In Partnership With

May 18, 1959

SPACE TECHNOLOGY

Stl Broadens Missile, Space Roles

SAFETY

Overloading Linked to Mike Todd Crash

AERONAUTICAL ENGINEERING

Westland Jump to Helicopters Pays Off

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SPACE TECHNOLOGY

Stl Broadens Missile, Space Roles

Inglewood, Calif.—Space Technology Laboratories, Inc., has evolved within a short time into a technical right arm for the Air Force’s ballistic missile program and has assumed an important role in the nation’s space efforts. Extent and impact of STL’s work is not generally recognized by segments of industry other than contractors who have been closely associated with STL in specific missile and space projects.

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SAFETY

Overloading Linked to Mike Todd Crash

A Lockheed executive aircraft, en route from Burbank, Calif., to Tulsa, Okla., crashed and burned 12 mi. southwest of Grants, N. M., during darkness, the morning of Mar. 22, 1958. All four occupants were killed. The flight had made routine position reports from its assigned altitude of 11,000 ft. until passing over Winslow, Ariz.
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AERONAUTICAL ENGINEERING

Westland Jump to Helicopters Pays Off

Yeovil, England—Future of the Westland Westminster, Britain’s largest helicopter and biggest private-venture aircraft in years, may soon be brightened by a major policy decision. Ministry of Supply is expected to order large helicopters for the British military services, primarily as flying cranes.

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MISSILE ENGINEERING

Missile School Aids Nato Combat Teams

Huntsville, Ala.—Fast growth of the Army Ordnance Guided Missile School provides an excellent index to the impact that missiles are having on U. S. and North Atlantic Treaty Organization military forces. The six-year-old school, located in a modern $100 million plant at Redstone Arsenal here, will graduate about 7,500 students this year—almost as many as it did in its first five years.

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MISSILE ENGINEERING

Food Machinery Studies Design of Mobile Missile Sites

San Jose, Calif.—Missile launching sites of the future may be roving, mobile complexes of 10 to 12 vehicles moving about on an hourly or daily basis to keep an enemy from pinpointing them. Roving squadrons would have the capability of maintaining missiles at a constant state of readiness while under way and would include checkout equipment, fuel tankage, limited spares stock and housekeeping facilities for the personnel manning the vehicles.

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FINANCIAL

Aircraft Firms Detail Salaries, Bonuses

Washington—Following is a list of aircraft company officers’ and directors’ salaries and stock holdings for 1958 as filed with the Securities and Exchange Commission: Bendix Aviation Corp.—Fiscal year 1958 ending Sept. 30, 1958. M. P. Ferguson, president and director, $164,249.96 salary and 2,073 shares of common stock; A. P. Fontaine, vice president and director, $58,749.97 salary and 587 shares of common stock; E. K. Foster, vice president and director, $77,249.92 salary and 630 shares of common stock; W. H. Houghton, vice president, treasurer and director, $90,000.00 salary and 5,383 shares of common stock; R. P. Lansing, vice president and director, $94,800.00 salary and 4,456 shares of common stock; C. Marcus, vice president and director, $101,900.00 salary and 225 shares of common stock; E. F. Polk, president of Sheffield Corp., a subsidiary of Bendix, and director, $67,908.00 salary and 22,800 shares of common stock; G. E. Stoll, vice president and director, $97,499.96 salary and 6,046 shares of common stock; C. C. Tillinghast, Jr., vice president and director, $42,999.96 salary and 221 shares of common.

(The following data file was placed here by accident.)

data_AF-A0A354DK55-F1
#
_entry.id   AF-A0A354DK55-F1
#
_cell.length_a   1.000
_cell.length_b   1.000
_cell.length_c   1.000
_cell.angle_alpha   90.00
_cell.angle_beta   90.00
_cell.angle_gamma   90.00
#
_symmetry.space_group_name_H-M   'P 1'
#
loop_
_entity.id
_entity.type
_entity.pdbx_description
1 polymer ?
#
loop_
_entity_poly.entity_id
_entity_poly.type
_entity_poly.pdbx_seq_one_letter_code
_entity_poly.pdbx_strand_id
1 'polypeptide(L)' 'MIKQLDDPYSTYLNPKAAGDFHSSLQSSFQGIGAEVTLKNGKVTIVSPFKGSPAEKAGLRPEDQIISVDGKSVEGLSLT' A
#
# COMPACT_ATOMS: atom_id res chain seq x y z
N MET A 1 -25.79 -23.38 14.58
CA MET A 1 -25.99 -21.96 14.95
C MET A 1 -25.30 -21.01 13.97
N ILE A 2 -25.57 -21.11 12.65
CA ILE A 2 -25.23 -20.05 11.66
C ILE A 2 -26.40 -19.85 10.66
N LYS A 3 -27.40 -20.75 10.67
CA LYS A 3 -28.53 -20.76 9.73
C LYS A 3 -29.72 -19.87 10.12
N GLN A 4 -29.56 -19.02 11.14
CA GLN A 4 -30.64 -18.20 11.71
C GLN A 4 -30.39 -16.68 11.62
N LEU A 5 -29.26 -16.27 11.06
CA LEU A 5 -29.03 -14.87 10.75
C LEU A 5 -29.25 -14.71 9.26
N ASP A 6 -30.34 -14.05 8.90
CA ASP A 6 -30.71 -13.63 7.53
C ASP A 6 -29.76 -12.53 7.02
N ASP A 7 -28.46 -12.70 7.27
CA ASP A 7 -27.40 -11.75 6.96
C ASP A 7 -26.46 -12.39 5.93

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AIR TRANSPORT

Airlines Report Salaries, Bonuses to Cab

Pan American World Airways—J. T. Trippe, president and director, $60,000 salary, $1,950 bonds and indirect compensation, $8,470 expenses and 66,539 shares of common stock in name of others; W. L. Morrison, executive vice president—Latin American Division, $36,000 salary, $15,000 bonus and indirect compensation, $6,520 expenses and 17,587 shares of common stock; H. E. Gray, executive vice president —Atlantic Division, $36,000 salary, $16,000 bonus and indirect compensation, $3,160 expenses and 7,402 shares of common stock; R. B. Murray, Jr., executive vice president —Pacific and Alaska Division, $32,000 salary, $9,000 bonus and indirect compensation, $16,337 expenses and no stock.
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PRODUCTION

Roll Forming Tried on Minuteman Casing

Evendale, Ohio—A metal shaping process called roll forming is making its bid here for major missile applications. Primary goal is a production contract for the Minuteman second stage casing which will be awarded sometime between July and September.

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Letters

I have been reading your magazine for several years and am grateful to see you print the facts as you see them, not as we would like to see them. I see frequent mention of the Mercury Man-in-Space project. I doubt if we are ready to try this gamble with a man’s life.
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SPACE TECHNOLOGY

Radiation Threat Increases with Altitude

Washington—Concept of employing manned bombers flying at very high altitudes to deliver an attack on an enemy nation is the subject of a sharp controversy here. The reason is that these aircraft and their crews would appear to be extremely vulnerable to the radiation effects produced over great distances by large nuclear explosions in the upper atmosphere.

May 111959 May 251959